mDNS in the new CP firmware


Dale Ghent
 

I just noticed in the P02-13 release notes[1] that the mDNS responder feature of the embedded OS is now put into use. This is great. Kudos to Mike Hanson, I would guess? 

mDNS refers to multicast DNS and is a way for systems to announce a hostname (and optional services) to the local network. An app running on another system on the network can issue an mDNS request. If something on the network matches the hostname that is being requested, its IP address. This precludes the need to run your own DNS server or mess with maintaining a hostname database. It makes finding a host by name more automagic, so you don't have to hunt for a device's IP address manually. 

This can be used with APCC to connect to a CP4/5, via wifi or ethernet, without having to keep track of the IP address that's assigned to the CP in question. If you're using DHCP on your local network, this will track the change, so you don't need to hunt down and update the IP address if DHCP were to give it a different one, say after a router reboot or somesuch. I've attached a graphic on how to configure this.

mDNS is part of a modern networking concept called Zeroconf, which is a combination of mDNS and something related called DNS-SD, the "SD" meaning "service discovery." What would be *really* cool is if the CP4/5 OS could also register a DNS-SD service for its TCP and UDP server. APCC in turn can do a single mDNS query to find those advertisements and present a list of those respond. A single CP on the network would yield one response and APCC could just automatically connect to it. But if you have multiple A-P mounts with multiple CPs on your network, it can present a list of the hostnames that responded and the user can choose which one they want.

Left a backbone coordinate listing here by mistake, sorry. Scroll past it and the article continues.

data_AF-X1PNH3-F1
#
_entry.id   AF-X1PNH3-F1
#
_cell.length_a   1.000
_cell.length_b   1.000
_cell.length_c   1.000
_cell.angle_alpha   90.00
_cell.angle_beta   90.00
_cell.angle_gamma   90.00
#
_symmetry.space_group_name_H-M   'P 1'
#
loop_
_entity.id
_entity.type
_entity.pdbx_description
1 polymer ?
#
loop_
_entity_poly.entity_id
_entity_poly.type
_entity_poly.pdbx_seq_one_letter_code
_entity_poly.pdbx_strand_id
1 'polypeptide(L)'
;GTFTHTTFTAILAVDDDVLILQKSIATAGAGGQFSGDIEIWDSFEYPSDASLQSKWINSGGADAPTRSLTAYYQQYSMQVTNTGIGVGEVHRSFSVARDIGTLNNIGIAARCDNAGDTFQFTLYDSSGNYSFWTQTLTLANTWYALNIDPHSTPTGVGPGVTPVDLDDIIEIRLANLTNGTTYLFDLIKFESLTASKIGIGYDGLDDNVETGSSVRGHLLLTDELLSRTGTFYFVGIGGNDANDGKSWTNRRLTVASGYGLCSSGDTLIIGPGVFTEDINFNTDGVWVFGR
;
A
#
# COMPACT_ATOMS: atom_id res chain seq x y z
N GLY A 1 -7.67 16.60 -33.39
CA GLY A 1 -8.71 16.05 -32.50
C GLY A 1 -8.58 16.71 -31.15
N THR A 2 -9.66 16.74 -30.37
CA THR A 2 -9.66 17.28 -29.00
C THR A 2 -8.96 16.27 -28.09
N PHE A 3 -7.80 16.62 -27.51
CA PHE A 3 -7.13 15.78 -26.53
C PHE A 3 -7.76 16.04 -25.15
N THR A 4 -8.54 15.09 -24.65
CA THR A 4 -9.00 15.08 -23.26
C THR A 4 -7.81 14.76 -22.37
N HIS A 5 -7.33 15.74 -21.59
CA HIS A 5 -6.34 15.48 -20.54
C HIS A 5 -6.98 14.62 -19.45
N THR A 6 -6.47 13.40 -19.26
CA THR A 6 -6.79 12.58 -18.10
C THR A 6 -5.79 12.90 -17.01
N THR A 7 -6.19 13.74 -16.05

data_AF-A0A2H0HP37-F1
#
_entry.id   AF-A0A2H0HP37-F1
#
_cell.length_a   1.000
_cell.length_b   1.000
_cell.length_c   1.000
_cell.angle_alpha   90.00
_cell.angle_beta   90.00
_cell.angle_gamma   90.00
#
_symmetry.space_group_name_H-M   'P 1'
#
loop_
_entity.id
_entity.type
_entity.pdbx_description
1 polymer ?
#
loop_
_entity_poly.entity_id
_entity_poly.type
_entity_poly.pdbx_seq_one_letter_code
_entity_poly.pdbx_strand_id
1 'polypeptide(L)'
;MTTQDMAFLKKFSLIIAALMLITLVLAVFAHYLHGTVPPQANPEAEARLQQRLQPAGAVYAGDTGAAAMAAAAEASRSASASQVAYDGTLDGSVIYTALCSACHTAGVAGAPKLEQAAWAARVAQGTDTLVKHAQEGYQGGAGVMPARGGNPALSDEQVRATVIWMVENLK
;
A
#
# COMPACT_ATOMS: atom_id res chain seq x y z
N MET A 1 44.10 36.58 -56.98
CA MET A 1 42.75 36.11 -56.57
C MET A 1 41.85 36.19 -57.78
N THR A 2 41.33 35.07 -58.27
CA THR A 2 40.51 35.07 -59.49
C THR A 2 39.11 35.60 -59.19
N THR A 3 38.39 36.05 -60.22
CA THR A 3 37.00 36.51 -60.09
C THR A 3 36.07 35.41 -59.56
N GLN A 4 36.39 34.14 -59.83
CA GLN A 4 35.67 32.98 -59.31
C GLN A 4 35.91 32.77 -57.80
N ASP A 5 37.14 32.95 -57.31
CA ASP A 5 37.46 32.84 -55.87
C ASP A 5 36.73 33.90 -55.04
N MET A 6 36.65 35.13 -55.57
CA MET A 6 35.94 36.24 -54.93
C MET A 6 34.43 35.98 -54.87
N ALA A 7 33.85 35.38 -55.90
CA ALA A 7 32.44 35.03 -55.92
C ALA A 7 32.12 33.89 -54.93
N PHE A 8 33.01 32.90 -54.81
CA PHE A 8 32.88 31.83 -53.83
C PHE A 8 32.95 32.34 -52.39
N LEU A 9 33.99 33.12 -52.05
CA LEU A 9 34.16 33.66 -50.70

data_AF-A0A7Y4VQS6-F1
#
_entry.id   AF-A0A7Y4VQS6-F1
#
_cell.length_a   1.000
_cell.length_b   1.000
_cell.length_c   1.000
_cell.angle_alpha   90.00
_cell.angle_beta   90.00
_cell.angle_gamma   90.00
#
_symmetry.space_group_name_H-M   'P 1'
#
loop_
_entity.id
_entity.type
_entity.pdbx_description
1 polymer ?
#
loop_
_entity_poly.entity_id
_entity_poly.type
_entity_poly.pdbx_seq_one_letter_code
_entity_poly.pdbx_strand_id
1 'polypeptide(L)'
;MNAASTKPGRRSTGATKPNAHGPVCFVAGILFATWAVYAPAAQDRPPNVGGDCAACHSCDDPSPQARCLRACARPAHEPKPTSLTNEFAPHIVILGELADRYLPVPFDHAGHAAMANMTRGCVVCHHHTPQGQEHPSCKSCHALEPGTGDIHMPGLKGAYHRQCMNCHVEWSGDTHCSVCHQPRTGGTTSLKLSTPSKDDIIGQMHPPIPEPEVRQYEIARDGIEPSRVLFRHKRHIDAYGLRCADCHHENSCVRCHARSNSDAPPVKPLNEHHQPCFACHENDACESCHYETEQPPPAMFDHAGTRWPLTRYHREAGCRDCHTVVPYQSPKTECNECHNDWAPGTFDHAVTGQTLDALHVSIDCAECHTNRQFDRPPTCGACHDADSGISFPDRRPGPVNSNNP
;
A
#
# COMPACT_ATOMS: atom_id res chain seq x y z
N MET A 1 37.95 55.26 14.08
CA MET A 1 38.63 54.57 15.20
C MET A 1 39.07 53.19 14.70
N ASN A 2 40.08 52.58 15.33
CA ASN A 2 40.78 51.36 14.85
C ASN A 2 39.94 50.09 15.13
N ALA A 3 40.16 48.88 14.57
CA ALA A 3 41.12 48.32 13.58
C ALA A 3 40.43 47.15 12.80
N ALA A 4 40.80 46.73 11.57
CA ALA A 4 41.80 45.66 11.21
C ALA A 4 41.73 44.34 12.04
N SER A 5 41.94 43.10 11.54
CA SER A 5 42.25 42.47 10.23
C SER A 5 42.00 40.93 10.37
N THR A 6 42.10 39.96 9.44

This is the same type of setup that lets devices find services on your local network at home. Got Sonos speakers? The Sonos app on your phone finds them the same way - by doing a service discovery query.  It's one of the ways your computer can find a networked printer (or one shared by another computer) and so on. It's pretty ubiquitous in IoT things today.


Mike Hanson
 

Hi Dale,

Thanks for noticing.  FWIW, APCC can "find" CP4s and CP5's.  See below.  If UDP or TCP is checked, you can click the magnifying glass, which will perform auto-discovery.  A List of reachable AP hosts will be displayed, click on the one you want, and click "Select".  There's a checkbox to tell it to use the IP address.  Leaving this unchecked will make it use the hostname. There are updates to the CP4 and CP5 manuals that will described this in more detail.  Admittedly, auto-discovery is not the same as service discovery.  For example, APCC needs to know the port numbers.  However, it accomplishes a similar purpose for the usage domain you describe.

Cheers,
Mike


Dale Ghent
 

Ah! I never noticed the magnifying glass. It never really registered as a place that would show the hostnames it found. Modally, I guess I expected them to be listed in a combox UI widget for the Hostname/IP field.

The service discovery portion should be easy to implement. You should define a unique name for your protocol and publish SRV records for it, for both UDP and TCP, as well as a record for the HTTP service. This would let you change ports and whatnot independently of any client having to keep track of that specific knowledge.

Either way, this is far far better than trying to locate CPs by ping sweeping the subnet, and mDNS can be reflected across subnets as well, so the discovery can extend beyond them if the site does that.

On Jul 25, 2022, at 16:47, Mike Hanson <mikeh@...> wrote:

Hi Dale,

Thanks for noticing. FWIW, APCC can "find" CP4s and CP5's. See below. If UDP or TCP is checked, you can click the magnifying glass, which will perform auto-discovery. A List of reachable AP hosts will be displayed, click on the one you want, and click "Select". There's a checkbox to tell it to use the IP address. Leaving this unchecked will make it use the hostname. There are updates to the CP4 and CP5 manuals that will described this in more detail. Admittedly, auto-discovery is not the same as service discovery. For example, APCC needs to know the port numbers. However, it accomplishes a similar purpose for the usage domain you describe.

Cheers,
Mike

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